Education Policy Update

May 15, 2019

Pardon Our Dust

We recently launched this new site and are still in the process of updating some of our archived content. Some details of this article may be incomplete, links may be broken, and other elements may not display properly yet. We appreciate your patience and understanding.

Federal Updates

  • The House Appropriations Committee approved the FY2020 Labor, HHS, Education, and Related Agencies spending bill, increasing the Department of Education budget by 6 percent.
    • An amendment was adopted, adding $103 million for addition funding for career and technical education, magnet schools, preschools and the Open Textbooks Pilot program.
    • Read a summary of the bill, view the text or read the committee report.
  • The President met with senior congressional Democrats, including Speaker Pelosi (D-CA) and Senate Minority Leader Schumer (D-NY), at the White House April 30 to discuss a potential infrastructure package, including potential funding for schools. After the meeting, Pelosi and Schumer said that they reached an agreement with the President to negotiate towards a $2 trillion package without having discussed specific funding mechanisms. 
  • Last week, the House Education and Labor Committee held the fourth in a five-part series of hearings focused on the Higher Education Act, titled “The Cost of Non-Completion: Improving Student Outcomes in Higher Education.” View the archive of the hearing.
  • The U.S. Treasury Department announced lower interest rates on new federal student loans effective July 1, 2019 from the current 5.045 percent to 4.529 percent for undergraduates, from 6.595 percent for graduates to 6.079 percent and 7.079 percent for federal PLUS loans compared to the current 7.595 percent.

nc flagNorth Carolina Education Policy Update

The North Carolina General Assembly has been hard at work over the last few weeks; with the House drafting, debating and passing its state budget proposal (H 966), and the House and the Senate putting in long days (and a few nights) debating and passing bills ahead of their self-imposed “crossover” deadline – the date, which was May 9th this year, by which non-appropriations/non-finance legislation must pass its chamber of origin in order to remain eligible for consideration during the remainder of the two year legislative session.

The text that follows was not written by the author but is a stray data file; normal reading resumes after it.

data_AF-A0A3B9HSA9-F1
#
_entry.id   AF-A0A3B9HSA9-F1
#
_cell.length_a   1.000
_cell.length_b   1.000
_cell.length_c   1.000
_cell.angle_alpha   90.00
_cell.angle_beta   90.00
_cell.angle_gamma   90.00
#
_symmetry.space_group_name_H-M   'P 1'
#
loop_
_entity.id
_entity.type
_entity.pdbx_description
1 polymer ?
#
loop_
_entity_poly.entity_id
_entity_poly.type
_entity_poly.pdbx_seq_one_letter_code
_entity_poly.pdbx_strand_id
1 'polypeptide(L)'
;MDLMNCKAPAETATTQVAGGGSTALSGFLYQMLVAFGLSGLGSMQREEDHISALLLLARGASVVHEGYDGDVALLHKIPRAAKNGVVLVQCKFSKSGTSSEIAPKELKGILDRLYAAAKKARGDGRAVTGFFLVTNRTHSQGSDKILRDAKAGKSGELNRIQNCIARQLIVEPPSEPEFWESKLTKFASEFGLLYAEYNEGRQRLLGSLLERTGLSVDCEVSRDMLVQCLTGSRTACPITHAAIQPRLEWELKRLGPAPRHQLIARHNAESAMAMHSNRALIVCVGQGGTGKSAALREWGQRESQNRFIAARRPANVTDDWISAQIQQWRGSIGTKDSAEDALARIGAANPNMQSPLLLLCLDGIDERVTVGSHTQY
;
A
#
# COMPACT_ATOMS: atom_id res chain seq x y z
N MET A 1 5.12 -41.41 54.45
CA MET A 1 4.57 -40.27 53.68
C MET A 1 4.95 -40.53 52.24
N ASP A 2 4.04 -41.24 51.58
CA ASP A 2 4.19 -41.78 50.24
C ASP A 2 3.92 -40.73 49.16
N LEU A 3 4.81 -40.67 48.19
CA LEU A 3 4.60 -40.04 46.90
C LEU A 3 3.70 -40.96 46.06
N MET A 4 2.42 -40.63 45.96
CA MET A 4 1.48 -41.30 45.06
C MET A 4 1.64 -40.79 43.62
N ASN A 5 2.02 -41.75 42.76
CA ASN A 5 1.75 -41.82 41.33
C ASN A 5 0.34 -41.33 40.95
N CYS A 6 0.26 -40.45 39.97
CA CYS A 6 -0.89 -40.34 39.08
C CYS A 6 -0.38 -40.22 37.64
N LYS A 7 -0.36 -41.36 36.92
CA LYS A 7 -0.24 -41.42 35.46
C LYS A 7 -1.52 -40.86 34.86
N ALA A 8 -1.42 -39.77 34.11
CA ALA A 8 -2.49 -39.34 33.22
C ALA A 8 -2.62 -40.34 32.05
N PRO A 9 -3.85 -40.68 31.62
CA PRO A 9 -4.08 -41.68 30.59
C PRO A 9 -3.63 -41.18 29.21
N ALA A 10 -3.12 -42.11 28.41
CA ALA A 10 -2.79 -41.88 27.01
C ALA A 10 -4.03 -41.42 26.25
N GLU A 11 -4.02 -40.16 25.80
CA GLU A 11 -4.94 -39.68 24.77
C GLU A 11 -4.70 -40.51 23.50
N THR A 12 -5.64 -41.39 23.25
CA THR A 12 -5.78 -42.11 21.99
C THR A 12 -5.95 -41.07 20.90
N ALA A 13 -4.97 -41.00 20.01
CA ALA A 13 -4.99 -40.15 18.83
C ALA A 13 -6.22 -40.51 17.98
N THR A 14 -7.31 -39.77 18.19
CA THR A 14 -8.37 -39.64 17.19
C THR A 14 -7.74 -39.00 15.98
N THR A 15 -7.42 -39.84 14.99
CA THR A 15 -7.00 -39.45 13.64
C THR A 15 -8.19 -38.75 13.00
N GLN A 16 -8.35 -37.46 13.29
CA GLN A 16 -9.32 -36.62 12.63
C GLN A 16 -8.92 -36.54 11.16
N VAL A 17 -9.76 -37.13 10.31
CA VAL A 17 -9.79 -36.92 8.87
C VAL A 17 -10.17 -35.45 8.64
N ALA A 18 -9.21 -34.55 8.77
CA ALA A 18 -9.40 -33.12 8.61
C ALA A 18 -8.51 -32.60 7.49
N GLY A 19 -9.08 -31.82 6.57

In the middle of this legislative activity, on May 1, for the second straight year, teachers from across the state traveled to Raleigh, to march downtown along Fayetteville Street, before heading to the Legislative Building to advocate for increased teacher pay and school funding, among other items. Many school districts canceled classes for the day of the teacher rally.

Throughout House budget discussions, and during floor debates and votes in both chambers, legislators focused on a variety of education issues facing the state. Read on for updates on the proposed budget, classroom supplies, charter schools, testing reduction, reading proficiency and the Opportunity Scholarship Program. 

State Updates

Twenty-six states are still in session with continued focused on education policy.

Connecticut is considering a bill (SB 1018) that would lower or withhold state grant funding if a school district is not experiencing academic improvement in English language arts and chronic absenteeism.  A bill recently introduced in Rhode Island would develop statewide academic standards for math, English language arts, science and technology, history and social students, world languages, and the arts (SB 863). 

The Oregon legislature recently passed HB 3427, which establishes a new tax on large Oregon businesses for the Fund for Student Success. Money from the fund will be used for school district academic programs, early childhood learning programs, and career-technical education among other things. Louisiana HB 562 would establish an advisory commission on proprietary schools. The bill also removes the authority for proprietary schools to grant associate degrees, limiting degree granting authority to occupational degrees.

Many states recently concluded their session with various bills signed into law.

Utah enacted the Teacher and Student Success Act (SB 149). This new program provides funding to local education agencies to use for technology, early childhood education, professional learning, and other initiatives to improve school performance or student academic achievement. The Governor of Arizona recently signed a bill (HB 2083) that requires an annual statewide survey of all students in kindergarten through grade 3 on reading proficiency and reading programs used at each school. Florida enacted a large education bill that in part, amends the state’s teacher bonus program and establishes the Family Empowerment Scholarship program that gives private school vouchers for students in low-income families. (SB 7070).